Feminine product dispensers trivialize period struggles


Avery Li

Monetizing feminine products implies that they’re nonessential when they are fundamental for many. The fact that people who menstruate are being charged for feminine hygiene products is both unfair and an insult to those who need them.

Avery Li

Anyone with a uterus knows it can sometimes be a real pain. Periods are already difficult to deal with, and, now, students must pay to take care of them at school.

Midtown students who use the female restrooms may have noticed the newly-added menstruation product dispensers, requiring a payment of 50 cents for a tampon or pad.

Monetizing these products implies they’re nonessential when they are fundamental for many. According to Huma Farid of Harvard Medical School, menstrual hygiene products are necessities, not luxuries, and should be treated as such.

People who menstruate can experience cramping, nausea, light to heavy bleeding, mood swings, depression and anxiety, bloating and other effects during their periods. Having access to free products can minimize the mess and make the day at least a little more bearable. While some products are still being provided, as in years past, free in restrooms, other restrooms only have the paid dispensers.

The idea that people should pay or come prepared with their own products is also absurd. Periods can be, especially with teens, irregular. Liza Torborg of Mayo Clinic found that teens often have irregular cycles because their bodies have not settled into a pattern of regular menstrual cycles, but, in time, they become shorter and more predictable.

Even people who menstruate and have a consistent cycle can have irregular periods. Stress and hormonal imbalances are among the main factors, but medications, physical activity levels and body mass can cause cycles to be difficult to predict.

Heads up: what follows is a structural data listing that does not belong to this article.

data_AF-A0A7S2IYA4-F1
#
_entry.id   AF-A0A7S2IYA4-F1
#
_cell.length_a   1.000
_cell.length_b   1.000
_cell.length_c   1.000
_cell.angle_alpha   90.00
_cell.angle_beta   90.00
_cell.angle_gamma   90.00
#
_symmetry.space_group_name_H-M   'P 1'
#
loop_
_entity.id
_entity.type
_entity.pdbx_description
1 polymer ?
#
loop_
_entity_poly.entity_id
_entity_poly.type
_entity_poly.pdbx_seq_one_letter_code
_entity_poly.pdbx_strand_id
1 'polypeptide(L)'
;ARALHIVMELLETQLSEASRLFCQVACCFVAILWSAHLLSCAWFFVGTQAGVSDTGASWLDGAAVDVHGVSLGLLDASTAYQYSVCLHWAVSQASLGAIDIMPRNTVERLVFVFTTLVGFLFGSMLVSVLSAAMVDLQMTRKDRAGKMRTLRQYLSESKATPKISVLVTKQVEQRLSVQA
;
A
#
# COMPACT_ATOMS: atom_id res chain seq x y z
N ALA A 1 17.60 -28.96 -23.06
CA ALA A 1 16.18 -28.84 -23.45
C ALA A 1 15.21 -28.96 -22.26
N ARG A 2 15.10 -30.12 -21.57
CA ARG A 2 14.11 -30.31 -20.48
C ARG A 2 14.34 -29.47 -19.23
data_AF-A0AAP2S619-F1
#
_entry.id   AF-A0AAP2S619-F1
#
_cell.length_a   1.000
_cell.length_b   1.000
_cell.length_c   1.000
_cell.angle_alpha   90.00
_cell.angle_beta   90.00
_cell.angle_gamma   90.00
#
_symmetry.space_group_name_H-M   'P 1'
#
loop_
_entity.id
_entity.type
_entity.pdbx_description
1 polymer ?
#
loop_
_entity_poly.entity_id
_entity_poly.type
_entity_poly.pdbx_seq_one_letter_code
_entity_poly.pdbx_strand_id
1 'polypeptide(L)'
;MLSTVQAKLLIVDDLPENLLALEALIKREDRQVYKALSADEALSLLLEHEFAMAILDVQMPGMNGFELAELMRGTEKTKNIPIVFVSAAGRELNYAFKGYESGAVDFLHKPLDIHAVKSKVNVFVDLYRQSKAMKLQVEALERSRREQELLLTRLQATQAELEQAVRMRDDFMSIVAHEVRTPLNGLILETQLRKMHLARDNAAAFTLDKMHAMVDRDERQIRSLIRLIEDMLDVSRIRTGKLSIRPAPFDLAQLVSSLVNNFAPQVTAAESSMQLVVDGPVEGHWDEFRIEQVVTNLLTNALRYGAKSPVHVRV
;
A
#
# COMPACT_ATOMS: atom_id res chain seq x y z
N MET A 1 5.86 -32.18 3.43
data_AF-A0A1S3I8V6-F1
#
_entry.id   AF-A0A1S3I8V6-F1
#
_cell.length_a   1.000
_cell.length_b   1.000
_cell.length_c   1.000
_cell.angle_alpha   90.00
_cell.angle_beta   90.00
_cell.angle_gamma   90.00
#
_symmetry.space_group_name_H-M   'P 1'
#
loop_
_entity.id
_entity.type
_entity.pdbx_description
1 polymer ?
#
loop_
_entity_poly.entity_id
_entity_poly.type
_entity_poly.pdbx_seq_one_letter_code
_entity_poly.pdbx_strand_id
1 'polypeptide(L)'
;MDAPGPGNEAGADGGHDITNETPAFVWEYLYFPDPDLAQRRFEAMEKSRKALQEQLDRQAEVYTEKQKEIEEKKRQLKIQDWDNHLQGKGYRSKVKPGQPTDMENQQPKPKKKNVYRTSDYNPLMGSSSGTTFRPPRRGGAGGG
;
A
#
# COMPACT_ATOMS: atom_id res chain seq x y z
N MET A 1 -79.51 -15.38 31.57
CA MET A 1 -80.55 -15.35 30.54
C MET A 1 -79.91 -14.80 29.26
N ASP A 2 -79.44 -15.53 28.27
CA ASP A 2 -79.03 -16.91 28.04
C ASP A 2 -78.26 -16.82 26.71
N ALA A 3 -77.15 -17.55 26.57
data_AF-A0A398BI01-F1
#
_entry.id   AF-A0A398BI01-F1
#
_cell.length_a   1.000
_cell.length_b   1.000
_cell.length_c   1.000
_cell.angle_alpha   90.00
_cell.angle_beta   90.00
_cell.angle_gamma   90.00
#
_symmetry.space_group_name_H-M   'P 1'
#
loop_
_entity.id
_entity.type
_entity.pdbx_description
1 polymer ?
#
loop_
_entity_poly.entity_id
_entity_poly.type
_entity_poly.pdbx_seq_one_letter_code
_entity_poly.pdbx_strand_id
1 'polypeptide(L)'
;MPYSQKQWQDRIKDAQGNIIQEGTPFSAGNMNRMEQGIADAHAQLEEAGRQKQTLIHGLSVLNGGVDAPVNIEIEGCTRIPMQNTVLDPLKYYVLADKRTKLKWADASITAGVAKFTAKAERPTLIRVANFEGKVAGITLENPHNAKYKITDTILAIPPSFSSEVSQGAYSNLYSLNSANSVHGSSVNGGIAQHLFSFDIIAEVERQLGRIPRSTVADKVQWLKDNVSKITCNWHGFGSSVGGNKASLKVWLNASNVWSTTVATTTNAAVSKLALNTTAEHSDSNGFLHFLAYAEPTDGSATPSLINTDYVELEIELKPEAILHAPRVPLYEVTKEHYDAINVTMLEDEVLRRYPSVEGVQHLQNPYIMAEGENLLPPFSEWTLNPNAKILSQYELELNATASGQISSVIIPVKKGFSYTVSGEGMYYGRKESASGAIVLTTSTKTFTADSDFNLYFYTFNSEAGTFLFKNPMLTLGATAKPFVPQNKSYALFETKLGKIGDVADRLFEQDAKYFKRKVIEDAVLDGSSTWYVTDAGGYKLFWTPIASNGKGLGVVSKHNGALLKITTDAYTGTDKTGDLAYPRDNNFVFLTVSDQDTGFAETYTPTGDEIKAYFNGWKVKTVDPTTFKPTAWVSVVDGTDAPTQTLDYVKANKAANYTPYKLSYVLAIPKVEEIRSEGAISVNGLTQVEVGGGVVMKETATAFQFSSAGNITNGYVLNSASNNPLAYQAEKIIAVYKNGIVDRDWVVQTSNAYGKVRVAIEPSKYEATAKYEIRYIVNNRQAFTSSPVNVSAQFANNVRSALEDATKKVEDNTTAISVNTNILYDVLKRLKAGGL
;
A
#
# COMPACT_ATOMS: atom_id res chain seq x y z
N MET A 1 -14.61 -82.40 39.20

Emergency situations, such as irregular periods, force uterus owners to pay for the necessary products themselves.

Fifty cents for one tampon or pad may not sound bad, but these products have to be frequently changed. Just to get through one school day, the average cost is a dollar worth of quarters. As very few people still carry change, the blatant inconvenience that already exists with having a period only increases, as uterus owners are expected to always have quarters on them to purchase menstruation products.

The cost of feminine hygiene products isn’t much cheaper when people bring their own products, either. According to the Duquesne University School of Nursing, women have an average of 456 periods in their lives, which translates to 9,120 tampons, used and the total amount women spend on tampons is approximately $1,773.33.

Midtown students can’t be expected to constantly keep up with these additional payments from buying extra supplies at school. Furthermore, they can’t always be prepared for every inconvenience caused by their uteruses.

There’s always the option of quickly going to the C200 hall bathroom to grab a product from the small box there with free products, but that conflicts with time that students should be using for school. Asking a friend for a product can also often seem embarrassing, and to just be expected to always carry quarters is just a nuisance.

While these dispensers may seem like a convenient, accessible way for students to get menstruation products, the pure bother of accessing them negates any possible helpfulness.

The fact that people who menstruate are being charged for feminine hygiene products is both unfair and an insult to those who need them. It’s a way of simultaneously recognizing and disrespecting the innate struggle that women go through.